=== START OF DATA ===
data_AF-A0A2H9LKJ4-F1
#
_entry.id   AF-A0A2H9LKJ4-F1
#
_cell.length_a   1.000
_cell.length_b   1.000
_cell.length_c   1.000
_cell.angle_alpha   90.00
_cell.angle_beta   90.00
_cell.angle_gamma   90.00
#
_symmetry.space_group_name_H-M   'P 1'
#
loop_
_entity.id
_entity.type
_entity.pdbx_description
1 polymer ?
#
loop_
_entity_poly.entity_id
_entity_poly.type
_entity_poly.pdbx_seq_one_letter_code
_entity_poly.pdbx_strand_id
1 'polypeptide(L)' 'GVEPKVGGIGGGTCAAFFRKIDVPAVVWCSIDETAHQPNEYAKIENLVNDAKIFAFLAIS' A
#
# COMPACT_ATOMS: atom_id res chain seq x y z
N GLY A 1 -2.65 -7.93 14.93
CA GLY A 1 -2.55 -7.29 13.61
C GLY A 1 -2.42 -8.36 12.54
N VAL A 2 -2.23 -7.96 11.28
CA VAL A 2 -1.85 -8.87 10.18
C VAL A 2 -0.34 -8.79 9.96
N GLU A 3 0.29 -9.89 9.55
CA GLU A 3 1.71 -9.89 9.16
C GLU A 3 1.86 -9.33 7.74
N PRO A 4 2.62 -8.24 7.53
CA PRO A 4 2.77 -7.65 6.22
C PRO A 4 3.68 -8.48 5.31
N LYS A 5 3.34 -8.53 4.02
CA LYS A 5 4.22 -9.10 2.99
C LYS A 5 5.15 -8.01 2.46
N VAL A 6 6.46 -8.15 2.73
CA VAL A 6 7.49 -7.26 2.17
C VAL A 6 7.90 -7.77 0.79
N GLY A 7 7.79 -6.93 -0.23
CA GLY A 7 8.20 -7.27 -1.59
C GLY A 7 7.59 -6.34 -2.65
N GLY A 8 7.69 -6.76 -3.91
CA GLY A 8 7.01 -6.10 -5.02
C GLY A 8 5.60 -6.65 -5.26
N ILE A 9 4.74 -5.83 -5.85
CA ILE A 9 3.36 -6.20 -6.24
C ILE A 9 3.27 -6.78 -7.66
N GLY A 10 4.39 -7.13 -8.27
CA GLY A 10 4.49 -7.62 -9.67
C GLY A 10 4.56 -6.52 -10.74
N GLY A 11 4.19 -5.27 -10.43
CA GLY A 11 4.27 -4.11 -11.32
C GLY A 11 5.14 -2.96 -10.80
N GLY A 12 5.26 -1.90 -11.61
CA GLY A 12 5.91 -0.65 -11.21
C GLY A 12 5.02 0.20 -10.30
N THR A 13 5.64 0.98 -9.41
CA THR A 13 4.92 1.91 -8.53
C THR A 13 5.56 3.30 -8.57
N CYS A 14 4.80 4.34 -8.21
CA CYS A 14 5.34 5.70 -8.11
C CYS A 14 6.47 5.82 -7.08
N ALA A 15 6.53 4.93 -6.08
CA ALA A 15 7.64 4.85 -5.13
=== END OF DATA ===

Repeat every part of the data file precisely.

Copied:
data_AF-A0A2H9LKJ4-F1
#
_entry.id   AF-A0A2H9LKJ4-F1
#
_cell.length_a   1.000
_cell.length_b   1.000
_cell.length_c   1.000
_cell.angle_alpha   90.00
_cell.angle_beta   90.00
_cell.angle_gamma   90.00
#
_symmetry.space_group_name_H-M   'P 1'
#
loop_
_entity.id
_entity.type
_entity.pdbx_description
1 polymer ?
#
loop_
_entity_poly.entity_id
_entity_poly.type
_entity_poly.pdbx_seq_one_letter_code
_entity_poly.pdbx_strand_id
1 'polypeptide(L)' 'GVEPKVGGIGGGTCAAFFRKIDVPAVVWCSIDETAHQPNEYAKIENLVNDAKIFAFLAIS' A
#
# COMPACT_ATOMS: atom_id res chain seq x y z
N GLY A 1 -2.65 -7.93 14.93
CA GLY A 1 -2.55 -7.29 13.61
C GLY A 1 -2.42 -8.36 12.54
N VAL A 2 -2.23 -7.96 11.28
CA VAL A 2 -1.85 -8.87 10.18
C VAL A 2 -0.34 -8.79 9.96
N GLU A 3 0.29 -9.89 9.55
CA GLU A 3 1.71 -9.89 9.16
C GLU A 3 1.86 -9.33 7.74
N PRO A 4 2.62 -8.24 7.53
CA PRO A 4 2.77 -7.65 6.22
C PRO A 4 3.68 -8.48 5.31
N LYS A 5 3.34 -8.53 4.02
CA LYS A 5 4.22 -9.10 2.99
C LYS A 5 5.15 -8.01 2.46
N VAL A 6 6.46 -8.15 2.73
CA VAL A 6 7.49 -7.26 2.17
C VAL A 6 7.90 -7.77 0.79
N GLY A 7 7.79 -6.93 -0.23
CA GLY A 7 8.20 -7.27 -1.59
C GLY A 7 7.59 -6.34 -2.65
N GLY A 8 7.69 -6.76 -3.91
CA GLY A 8 7.01 -6.10 -5.02
C GLY A 8 5.60 -6.65 -5.26
N ILE A 9 4.74 -5.83 -5.85
CA ILE A 9 3.36 -6.20 -6.24
C ILE A 9 3.27 -6.78 -7.66
N GLY A 10 4.39 -7.13 -8.27
CA GLY A 10 4.49 -7.62 -9.67
C GLY A 10 4.56 -6.52 -10.74
N GLY A 11 4.19 -5.27 -10.43
CA GLY A 11 4.27 -4.11 -11.32
C GLY A 11 5.14 -2.96 -10.80
N GLY A 12 5.26 -1.90 -11.61
CA GLY A 12 5.91 -0.65 -11.21
C GLY A 12 5.02 0.20 -10.30
N THR A 13 5.64 0.98 -9.41
CA THR A 13 4.92 1.91 -8.53
C THR A 13 5.56 3.30 -8.57
N CYS A 14 4.80 4.34 -8.21
CA CYS A 14 5.34 5.70 -8.11
C CYS A 14 6.47 5.82 -7.08
N ALA A 15 6.53 4.93 -6.08
CA ALA A 15 7.64 4.85 -5.13